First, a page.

- The Washington Times - Monday, February 2, 2004

The scrappy newcomer is up against an older veteran. The newcomer is sporting a new look and new features. The veteran also has recently retooled, and if he’s not spoiling for a fight, neither is he going to duck a challenge.

I’m not talking about the Super Bowl or the ongoing Democratic presidential primaries.

Rather, it’s Microsoft Corp. versus AOL, which used to be the first name of AOL Time Warner but is now just a Time Warner subsidiary. America Online’s naming may be diminished, but even after losing 2.2 million subscribers in 2003, it still has more than 24.3 million monthly customers in this country. MSN, by contrast, claims to reach 8 million users each month, both for its free Web portal, MSN.com, and its paid Internet service.

Head to head, the two firms are vying for subscriber dollars. Microsoft wants you to spend almost $22 a month for its dial-up Internet service and MSN features. Bring your own access such as cable Internet or digital subscriber line, and the cost drops to $9.95. It’s in the “BYOA” segment that MSN apparently hopes to make a splash.

Why spend $10 per month for the Microsoft way to the Internet, particularly if you have a broadband link? Probably for the same reason those 24.3 million AOLers spend money for their access: You can use a Web browser and jump on the Internet. If you’d like a little order and structure to the experience or perhaps a little hand-holding, having an online ally seems a smart way to go.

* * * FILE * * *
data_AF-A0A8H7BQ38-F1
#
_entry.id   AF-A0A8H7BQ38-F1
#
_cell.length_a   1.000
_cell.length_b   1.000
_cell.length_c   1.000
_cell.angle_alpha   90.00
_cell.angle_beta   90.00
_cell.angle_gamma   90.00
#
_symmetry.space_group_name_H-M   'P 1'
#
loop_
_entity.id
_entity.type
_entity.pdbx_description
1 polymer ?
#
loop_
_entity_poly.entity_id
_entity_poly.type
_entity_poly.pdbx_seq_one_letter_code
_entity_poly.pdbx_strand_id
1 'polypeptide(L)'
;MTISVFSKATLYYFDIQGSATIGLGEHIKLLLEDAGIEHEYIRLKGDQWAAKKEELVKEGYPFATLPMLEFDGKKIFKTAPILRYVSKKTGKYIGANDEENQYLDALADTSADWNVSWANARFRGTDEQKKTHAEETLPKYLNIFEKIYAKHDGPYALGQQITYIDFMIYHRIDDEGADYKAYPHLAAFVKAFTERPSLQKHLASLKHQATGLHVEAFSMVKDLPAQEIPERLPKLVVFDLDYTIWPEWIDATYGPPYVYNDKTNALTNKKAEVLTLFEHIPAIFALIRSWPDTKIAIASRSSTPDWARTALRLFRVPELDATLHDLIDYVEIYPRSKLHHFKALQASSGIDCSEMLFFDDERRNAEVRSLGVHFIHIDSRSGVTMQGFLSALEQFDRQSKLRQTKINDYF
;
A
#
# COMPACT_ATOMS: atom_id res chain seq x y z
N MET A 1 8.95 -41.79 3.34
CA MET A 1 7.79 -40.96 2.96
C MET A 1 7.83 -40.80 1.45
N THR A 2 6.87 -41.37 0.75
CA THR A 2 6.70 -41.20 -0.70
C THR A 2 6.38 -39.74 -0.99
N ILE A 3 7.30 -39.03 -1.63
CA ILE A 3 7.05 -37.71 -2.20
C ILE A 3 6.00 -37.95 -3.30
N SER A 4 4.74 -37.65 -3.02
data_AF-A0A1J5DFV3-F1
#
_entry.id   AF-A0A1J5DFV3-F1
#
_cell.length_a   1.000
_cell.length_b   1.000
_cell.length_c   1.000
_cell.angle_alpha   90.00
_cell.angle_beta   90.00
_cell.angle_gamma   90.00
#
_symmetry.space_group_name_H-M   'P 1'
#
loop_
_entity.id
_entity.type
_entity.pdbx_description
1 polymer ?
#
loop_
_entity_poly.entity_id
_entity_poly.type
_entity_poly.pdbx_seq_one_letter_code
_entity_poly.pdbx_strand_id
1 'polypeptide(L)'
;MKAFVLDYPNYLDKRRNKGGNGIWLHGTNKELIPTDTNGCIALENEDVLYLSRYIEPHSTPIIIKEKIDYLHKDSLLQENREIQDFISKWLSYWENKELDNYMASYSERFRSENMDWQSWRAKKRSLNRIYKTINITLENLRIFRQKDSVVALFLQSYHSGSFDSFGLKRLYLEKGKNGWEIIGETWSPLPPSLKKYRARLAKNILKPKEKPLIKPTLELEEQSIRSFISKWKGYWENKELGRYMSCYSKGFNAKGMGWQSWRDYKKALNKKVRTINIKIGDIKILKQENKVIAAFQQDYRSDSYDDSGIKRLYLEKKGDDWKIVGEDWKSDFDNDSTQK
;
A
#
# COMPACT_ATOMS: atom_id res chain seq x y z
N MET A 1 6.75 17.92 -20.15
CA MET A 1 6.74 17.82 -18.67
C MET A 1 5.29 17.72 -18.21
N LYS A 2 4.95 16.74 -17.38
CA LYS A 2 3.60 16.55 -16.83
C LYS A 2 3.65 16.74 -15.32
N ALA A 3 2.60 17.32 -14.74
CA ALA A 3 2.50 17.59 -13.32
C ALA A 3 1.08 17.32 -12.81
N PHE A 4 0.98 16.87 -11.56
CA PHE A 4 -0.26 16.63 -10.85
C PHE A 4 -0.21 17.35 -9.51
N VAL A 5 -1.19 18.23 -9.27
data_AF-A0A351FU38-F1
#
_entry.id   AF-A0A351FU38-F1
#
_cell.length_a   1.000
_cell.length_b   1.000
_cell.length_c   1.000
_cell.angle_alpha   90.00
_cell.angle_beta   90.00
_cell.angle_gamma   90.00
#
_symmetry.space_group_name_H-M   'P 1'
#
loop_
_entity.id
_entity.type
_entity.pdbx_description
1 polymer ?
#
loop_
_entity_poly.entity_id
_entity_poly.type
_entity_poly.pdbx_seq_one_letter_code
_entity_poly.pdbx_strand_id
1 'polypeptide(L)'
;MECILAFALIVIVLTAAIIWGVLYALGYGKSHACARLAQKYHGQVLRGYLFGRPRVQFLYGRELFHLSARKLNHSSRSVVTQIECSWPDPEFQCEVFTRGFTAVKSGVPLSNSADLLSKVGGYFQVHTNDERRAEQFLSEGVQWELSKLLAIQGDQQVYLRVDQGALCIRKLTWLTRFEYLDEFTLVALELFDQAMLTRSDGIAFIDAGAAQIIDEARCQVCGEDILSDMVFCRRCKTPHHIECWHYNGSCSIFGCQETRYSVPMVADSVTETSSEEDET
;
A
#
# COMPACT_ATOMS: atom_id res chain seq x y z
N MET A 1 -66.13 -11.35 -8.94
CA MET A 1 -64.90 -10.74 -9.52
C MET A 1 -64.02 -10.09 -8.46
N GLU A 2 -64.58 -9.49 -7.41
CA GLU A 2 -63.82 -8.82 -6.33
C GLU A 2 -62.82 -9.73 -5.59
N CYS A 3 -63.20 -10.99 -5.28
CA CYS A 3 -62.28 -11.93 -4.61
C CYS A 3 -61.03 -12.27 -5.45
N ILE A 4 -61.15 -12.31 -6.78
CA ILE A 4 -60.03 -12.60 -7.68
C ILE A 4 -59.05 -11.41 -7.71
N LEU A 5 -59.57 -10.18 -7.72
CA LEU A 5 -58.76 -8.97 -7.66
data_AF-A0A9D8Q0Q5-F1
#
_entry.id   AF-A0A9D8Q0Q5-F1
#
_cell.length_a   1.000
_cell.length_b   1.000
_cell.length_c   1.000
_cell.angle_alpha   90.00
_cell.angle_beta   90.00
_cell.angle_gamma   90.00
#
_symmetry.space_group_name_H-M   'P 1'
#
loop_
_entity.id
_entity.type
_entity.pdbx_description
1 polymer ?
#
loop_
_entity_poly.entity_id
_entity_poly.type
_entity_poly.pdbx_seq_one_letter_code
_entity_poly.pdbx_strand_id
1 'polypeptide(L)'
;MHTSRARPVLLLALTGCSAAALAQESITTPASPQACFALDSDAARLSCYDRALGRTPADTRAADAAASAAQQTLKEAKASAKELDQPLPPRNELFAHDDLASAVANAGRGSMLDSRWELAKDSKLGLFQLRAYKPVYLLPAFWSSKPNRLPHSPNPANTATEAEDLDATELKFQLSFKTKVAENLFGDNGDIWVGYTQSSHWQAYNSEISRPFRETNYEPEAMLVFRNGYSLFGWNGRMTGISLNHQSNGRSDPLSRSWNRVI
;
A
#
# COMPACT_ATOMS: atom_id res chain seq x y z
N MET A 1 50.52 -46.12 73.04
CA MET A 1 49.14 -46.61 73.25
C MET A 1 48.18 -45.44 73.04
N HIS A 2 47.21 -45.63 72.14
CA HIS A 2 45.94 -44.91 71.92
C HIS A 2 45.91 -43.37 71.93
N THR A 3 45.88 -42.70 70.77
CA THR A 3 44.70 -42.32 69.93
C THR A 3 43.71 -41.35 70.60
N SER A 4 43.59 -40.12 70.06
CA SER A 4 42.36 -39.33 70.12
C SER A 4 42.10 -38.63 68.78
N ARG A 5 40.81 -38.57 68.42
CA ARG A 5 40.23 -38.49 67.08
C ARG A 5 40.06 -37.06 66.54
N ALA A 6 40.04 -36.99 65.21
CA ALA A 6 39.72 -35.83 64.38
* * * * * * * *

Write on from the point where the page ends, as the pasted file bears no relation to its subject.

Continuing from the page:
The question, then, is whether MSN offers enough features for the price. It’s not AOL, but MSN Premium does have some nice features. For one, you can customize a home page to reflect your own interests in terms of headlines, sports, weather, even tracking EBay auction items.

Also, MSN Premium’s e-mail looks like the Web-based Hotmail service. You can store e-mails on your own computer, but you also can access your MSN e-mail while on the road via the Hotmail site. You also can add other mail accounts to the offering, letting you track, say, work mail from home. There are parental controls that can keep your children away from trouble.

Among the features of MSN likely to interest users is access to an online version of Microsoft Money, a personal finance management program, and Microsoft Encarta, an online encyclopedia.

There’s a way to edit and share photos online, online chat rooms, entertainment listings and a search engine.

I’m also a fan of the MSN “Dashboard” that sits on the right side of the MSN browser window. It offers an “at-a-glance” look at a variety of personal interests; from your e-mail in-box to weather forecasts to traffic alerts, and a click will take you to more detailed information. The trade-off: You lose some “desk space” if the Dashboard is always open.

There’s also a version of MSN for Macintosh OS X. It’s good but can bear improvement. Among the shortcomings: On the Mac, my personalized MSN “home page” displayed, but without listing my in-box contents. I’ll need to spend more time with the Mac version before a final verdict.

The same can be said for my PC-based MSN experience: it’s still early and not every feature has been tested. But my initial impression is that, for Windows users, this isn’t a bad service, and one worth investigating.

E-mail MarkKel@aol.com or visit www.kellner.us.

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